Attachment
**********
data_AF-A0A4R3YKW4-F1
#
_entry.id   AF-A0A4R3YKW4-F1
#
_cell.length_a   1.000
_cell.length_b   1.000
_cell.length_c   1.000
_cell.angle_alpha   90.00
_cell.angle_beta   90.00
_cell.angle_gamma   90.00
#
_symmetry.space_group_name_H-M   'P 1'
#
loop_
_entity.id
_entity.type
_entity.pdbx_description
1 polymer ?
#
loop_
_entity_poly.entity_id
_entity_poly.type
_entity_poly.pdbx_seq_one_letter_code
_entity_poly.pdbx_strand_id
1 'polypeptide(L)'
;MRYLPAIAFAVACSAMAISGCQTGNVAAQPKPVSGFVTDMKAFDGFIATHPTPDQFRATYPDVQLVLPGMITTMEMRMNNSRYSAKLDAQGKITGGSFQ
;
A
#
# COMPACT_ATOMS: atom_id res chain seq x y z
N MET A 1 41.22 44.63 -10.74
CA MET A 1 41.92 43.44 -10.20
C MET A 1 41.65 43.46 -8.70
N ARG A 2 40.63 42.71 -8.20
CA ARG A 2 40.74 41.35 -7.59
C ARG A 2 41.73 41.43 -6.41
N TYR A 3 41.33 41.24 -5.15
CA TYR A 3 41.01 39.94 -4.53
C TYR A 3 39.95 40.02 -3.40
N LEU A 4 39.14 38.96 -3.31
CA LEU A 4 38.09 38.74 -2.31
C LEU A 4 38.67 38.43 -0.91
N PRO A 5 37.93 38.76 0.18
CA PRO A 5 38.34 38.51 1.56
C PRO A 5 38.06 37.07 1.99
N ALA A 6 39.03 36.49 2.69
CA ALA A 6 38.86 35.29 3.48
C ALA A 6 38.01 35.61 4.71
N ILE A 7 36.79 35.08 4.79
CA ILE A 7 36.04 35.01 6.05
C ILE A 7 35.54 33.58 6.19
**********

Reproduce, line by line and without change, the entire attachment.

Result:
data_AF-A0A4R3YKW4-F1
#
_entry.id   AF-A0A4R3YKW4-F1
#
_cell.length_a   1.000
_cell.length_b   1.000
_cell.length_c   1.000
_cell.angle_alpha   90.00
_cell.angle_beta   90.00
_cell.angle_gamma   90.00
#
_symmetry.space_group_name_H-M   'P 1'
#
loop_
_entity.id
_entity.type
_entity.pdbx_description
1 polymer ?
#
loop_
_entity_poly.entity_id
_entity_poly.type
_entity_poly.pdbx_seq_one_letter_code
_entity_poly.pdbx_strand_id
1 'polypeptide(L)'
;MRYLPAIAFAVACSAMAISGCQTGNVAAQPKPVSGFVTDMKAFDGFIATHPTPDQFRATYPDVQLVLPGMITTMEMRMNNSRYSAKLDAQGKITGGSFQ
;
A
#
# COMPACT_ATOMS: atom_id res chain seq x y z
N MET A 1 41.22 44.63 -10.74
CA MET A 1 41.92 43.44 -10.20
C MET A 1 41.65 43.46 -8.70
N ARG A 2 40.63 42.71 -8.20
CA ARG A 2 40.74 41.35 -7.59
C ARG A 2 41.73 41.43 -6.41
N TYR A 3 41.33 41.24 -5.15
CA TYR A 3 41.01 39.94 -4.53
C TYR A 3 39.95 40.02 -3.40
N LEU A 4 39.14 38.96 -3.31
CA LEU A 4 38.09 38.74 -2.31
C LEU A 4 38.67 38.43 -0.91
N PRO A 5 37.93 38.76 0.18
CA PRO A 5 38.34 38.51 1.56
C PRO A 5 38.06 37.07 1.99
N ALA A 6 39.03 36.49 2.69
CA ALA A 6 38.86 35.29 3.48
C ALA A 6 38.01 35.61 4.71
N ILE A 7 36.79 35.08 4.79
CA ILE A 7 36.04 35.01 6.05
C ILE A 7 35.54 33.58 6.19